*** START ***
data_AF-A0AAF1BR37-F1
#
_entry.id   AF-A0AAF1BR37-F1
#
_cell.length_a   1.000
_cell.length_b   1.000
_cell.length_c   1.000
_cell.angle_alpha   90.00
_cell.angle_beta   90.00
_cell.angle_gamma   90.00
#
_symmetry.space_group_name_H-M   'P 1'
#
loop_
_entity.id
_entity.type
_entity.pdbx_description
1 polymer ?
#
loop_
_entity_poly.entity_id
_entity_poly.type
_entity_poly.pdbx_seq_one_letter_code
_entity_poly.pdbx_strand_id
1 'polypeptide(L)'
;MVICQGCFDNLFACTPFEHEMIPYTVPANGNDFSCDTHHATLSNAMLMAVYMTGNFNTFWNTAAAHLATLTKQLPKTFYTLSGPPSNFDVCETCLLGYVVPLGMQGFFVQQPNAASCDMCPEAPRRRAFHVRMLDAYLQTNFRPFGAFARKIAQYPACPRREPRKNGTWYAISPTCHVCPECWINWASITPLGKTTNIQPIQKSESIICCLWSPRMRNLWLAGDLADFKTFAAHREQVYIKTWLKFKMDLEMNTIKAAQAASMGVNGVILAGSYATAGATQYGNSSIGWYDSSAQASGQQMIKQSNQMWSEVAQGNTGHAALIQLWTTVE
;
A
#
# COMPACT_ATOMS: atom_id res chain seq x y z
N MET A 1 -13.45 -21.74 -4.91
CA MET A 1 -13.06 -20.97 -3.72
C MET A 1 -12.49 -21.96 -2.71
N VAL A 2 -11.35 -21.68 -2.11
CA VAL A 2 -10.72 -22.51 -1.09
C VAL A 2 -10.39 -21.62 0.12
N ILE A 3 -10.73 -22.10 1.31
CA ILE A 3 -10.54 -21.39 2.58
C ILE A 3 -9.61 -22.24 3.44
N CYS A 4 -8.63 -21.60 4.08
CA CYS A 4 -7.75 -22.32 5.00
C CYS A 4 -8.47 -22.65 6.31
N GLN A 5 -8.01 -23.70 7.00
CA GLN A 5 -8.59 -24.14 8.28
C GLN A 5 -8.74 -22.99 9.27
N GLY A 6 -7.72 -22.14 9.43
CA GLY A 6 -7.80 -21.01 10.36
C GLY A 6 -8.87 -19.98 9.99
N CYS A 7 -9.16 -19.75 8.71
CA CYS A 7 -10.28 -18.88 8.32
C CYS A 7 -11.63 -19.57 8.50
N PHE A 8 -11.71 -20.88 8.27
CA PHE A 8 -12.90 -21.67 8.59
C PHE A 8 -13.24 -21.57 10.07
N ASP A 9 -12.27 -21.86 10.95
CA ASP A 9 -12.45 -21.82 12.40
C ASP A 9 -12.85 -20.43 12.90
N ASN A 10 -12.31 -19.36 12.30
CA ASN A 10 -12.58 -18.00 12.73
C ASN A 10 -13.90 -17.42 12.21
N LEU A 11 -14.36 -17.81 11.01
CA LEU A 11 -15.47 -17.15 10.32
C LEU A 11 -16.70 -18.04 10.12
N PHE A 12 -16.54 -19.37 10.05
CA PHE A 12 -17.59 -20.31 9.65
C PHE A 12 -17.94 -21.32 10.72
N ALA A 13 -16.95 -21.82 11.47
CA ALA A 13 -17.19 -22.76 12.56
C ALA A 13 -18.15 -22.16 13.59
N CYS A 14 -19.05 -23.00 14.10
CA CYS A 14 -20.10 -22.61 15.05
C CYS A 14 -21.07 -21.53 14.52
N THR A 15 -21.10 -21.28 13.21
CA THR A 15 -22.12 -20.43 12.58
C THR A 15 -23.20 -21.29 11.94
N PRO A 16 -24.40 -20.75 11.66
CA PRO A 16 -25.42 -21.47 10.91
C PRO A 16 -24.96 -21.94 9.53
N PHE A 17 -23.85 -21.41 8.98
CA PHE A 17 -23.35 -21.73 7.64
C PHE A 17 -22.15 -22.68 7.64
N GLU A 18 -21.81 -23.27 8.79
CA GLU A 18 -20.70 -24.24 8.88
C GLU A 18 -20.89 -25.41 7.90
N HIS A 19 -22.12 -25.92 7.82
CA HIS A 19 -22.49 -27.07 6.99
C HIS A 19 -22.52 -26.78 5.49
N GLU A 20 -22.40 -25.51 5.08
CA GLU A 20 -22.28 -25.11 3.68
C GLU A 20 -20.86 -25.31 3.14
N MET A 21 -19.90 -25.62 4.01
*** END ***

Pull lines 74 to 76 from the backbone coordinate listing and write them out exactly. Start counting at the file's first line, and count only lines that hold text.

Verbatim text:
CA THR A 15 -22.12 -20.43 12.58
C THR A 15 -23.20 -21.29 11.94
N PRO A 16 -24.40 -20.75 11.66